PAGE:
According to Senior US officials, the United States military has used broad, secret authority to carry out nearly a dozen previously undisclosed attacks against Al Qaeda and other militants in Syria, Pakistan and elsewhere since 2004. It makes you wonder how many attacks that we have not heard about have been carried out.

From the New York Times:

These military raids, typically carried out by Special Operations forces, were authorized by a classified order that Defense Secretary Donald H. Rumsfeld signed in the spring of 2004 with the approval of President Bush, the officials said. The secret order gave the military new authority to attack the Qaeda terrorist network anywhere in the world, and a more sweeping mandate to conduct operations in countries not at war with the United States.

In 2006, for example, a Navy Seal team raided a suspected militants’ compound in the Bajaur region of Pakistan, according to a former top official of the Central Intelligence Agency. Officials watched the entire mission — captured by the video camera of a remotely piloted Predator aircraft — in real time in the C.I.A.’s Counterterrorist Center at the agency’s headquarters in Virginia 7,000 miles away.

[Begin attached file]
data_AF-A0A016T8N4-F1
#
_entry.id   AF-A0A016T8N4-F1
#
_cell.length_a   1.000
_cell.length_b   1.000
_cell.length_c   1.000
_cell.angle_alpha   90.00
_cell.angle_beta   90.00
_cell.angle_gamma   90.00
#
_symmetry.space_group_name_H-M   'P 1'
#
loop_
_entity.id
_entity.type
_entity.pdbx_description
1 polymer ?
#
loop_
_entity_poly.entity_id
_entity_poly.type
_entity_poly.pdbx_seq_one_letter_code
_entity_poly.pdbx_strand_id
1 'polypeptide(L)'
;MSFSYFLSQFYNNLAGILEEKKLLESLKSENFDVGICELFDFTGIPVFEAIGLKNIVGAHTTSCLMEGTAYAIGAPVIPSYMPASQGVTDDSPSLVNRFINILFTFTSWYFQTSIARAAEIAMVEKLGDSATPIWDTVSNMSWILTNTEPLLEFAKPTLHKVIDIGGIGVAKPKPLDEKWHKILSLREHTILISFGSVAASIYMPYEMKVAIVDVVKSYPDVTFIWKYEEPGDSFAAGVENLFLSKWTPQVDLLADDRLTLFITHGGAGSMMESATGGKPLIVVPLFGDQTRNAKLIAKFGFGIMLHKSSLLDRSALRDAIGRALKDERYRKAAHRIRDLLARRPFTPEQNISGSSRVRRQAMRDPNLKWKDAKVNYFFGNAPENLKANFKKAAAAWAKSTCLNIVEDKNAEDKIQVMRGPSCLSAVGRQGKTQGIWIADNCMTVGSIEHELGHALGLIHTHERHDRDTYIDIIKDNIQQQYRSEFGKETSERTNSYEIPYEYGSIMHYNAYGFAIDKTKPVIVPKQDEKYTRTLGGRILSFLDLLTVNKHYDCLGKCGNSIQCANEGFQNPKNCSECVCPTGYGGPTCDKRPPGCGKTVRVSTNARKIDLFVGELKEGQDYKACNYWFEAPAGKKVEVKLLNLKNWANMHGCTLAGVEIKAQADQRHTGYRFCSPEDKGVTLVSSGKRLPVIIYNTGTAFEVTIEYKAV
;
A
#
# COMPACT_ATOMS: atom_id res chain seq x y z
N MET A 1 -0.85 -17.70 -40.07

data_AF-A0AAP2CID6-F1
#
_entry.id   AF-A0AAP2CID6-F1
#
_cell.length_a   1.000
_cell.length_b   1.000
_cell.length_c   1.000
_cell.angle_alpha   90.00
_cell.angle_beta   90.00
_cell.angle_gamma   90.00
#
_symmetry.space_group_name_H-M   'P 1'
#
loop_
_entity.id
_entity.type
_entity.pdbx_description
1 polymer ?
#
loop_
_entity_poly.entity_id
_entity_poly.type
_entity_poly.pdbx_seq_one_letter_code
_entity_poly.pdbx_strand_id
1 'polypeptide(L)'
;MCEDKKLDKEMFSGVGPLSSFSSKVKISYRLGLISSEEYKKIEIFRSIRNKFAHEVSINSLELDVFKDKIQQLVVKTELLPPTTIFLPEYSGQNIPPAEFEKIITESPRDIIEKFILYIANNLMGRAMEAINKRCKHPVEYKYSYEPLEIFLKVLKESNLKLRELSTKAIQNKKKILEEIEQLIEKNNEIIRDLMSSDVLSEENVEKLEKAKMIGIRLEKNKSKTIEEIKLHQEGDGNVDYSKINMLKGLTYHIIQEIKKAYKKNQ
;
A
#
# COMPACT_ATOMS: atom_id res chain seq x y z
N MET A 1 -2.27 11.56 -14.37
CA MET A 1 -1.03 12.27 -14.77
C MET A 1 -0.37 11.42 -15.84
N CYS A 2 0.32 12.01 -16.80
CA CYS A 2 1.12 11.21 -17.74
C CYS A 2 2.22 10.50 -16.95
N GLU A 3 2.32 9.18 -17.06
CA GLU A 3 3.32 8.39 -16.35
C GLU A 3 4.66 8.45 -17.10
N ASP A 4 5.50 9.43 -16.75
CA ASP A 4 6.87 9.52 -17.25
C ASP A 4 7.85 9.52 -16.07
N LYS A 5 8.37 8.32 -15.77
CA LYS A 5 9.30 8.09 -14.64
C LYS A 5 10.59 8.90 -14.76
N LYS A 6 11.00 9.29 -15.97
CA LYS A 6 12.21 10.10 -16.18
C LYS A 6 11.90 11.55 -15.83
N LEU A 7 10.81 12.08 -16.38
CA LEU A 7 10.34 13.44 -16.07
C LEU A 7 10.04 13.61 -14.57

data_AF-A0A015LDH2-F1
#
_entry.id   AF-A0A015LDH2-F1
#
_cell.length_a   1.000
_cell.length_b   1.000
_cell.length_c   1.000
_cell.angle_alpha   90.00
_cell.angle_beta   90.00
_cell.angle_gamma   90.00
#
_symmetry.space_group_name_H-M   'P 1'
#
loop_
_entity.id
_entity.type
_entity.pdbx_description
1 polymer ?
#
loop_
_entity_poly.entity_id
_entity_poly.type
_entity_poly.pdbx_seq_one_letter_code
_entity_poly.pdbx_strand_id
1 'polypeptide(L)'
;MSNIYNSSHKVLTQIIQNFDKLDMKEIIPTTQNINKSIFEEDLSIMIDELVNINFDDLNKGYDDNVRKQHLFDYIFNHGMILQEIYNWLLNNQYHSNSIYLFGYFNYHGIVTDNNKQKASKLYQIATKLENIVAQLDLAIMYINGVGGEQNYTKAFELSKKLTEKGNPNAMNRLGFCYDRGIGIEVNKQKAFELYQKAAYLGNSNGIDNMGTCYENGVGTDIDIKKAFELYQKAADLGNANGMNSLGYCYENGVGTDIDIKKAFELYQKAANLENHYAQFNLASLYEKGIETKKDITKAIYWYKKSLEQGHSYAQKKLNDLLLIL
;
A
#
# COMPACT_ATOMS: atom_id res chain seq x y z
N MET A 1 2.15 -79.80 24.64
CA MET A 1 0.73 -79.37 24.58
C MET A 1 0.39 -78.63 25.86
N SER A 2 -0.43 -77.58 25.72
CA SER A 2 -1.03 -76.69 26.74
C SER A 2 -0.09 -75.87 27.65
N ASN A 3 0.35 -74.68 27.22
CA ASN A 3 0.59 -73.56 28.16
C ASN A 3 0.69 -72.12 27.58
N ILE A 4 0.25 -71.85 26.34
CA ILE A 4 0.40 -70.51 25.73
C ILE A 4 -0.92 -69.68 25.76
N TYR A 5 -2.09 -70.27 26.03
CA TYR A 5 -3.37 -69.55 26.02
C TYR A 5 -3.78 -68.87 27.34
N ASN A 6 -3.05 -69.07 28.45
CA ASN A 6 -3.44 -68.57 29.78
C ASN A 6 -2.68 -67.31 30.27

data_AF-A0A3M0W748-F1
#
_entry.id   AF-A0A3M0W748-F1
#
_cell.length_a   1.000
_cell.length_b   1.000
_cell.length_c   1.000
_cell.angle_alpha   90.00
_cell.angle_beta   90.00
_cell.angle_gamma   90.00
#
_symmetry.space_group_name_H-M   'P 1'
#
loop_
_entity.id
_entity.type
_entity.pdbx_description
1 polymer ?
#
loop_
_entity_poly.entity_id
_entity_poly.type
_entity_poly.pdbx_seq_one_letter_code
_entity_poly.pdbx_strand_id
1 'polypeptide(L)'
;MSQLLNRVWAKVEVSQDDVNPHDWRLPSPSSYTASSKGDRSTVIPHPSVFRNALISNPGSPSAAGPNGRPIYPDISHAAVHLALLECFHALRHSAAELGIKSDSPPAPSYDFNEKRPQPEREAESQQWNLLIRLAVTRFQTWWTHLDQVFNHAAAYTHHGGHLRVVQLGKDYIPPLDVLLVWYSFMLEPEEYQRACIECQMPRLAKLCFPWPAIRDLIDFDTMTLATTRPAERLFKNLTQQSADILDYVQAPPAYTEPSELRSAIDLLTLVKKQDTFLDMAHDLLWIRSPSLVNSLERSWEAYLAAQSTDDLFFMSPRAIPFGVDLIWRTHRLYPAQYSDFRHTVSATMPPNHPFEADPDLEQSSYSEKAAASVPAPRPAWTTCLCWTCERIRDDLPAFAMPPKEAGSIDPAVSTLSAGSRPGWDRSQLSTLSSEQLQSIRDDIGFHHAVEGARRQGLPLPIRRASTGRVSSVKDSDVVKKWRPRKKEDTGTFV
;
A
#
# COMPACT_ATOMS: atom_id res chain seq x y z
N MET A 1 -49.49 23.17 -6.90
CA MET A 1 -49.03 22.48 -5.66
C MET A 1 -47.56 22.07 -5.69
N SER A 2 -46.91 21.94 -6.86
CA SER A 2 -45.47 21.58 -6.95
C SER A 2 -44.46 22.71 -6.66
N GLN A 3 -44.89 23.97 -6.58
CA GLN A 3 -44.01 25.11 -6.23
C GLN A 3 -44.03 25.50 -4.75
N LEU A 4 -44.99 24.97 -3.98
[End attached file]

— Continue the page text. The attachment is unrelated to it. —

Some of the military missions have been conducted in close coordination with the C.I.A., according to senior American officials, who said that in others, like the Special Operations raid in Syria on Oct. 26 of this year, the military commandos acted in support of C.I.A.-directed operations.

But as many as a dozen additional operations have been canceled in the past four years, often to the dismay of military commanders, senior military officials said. They said senior administration officials had decided in these cases that the missions were too risky, were too diplomatically explosive or relied on insufficient evidence.

More than a half-dozen officials, including current and former military and intelligence officials as well as senior Bush administration policy makers, described details of the 2004 military order on the condition of anonymity because of its politically delicate nature. Spokesmen for the White House, the Defense Department and the military declined to comment.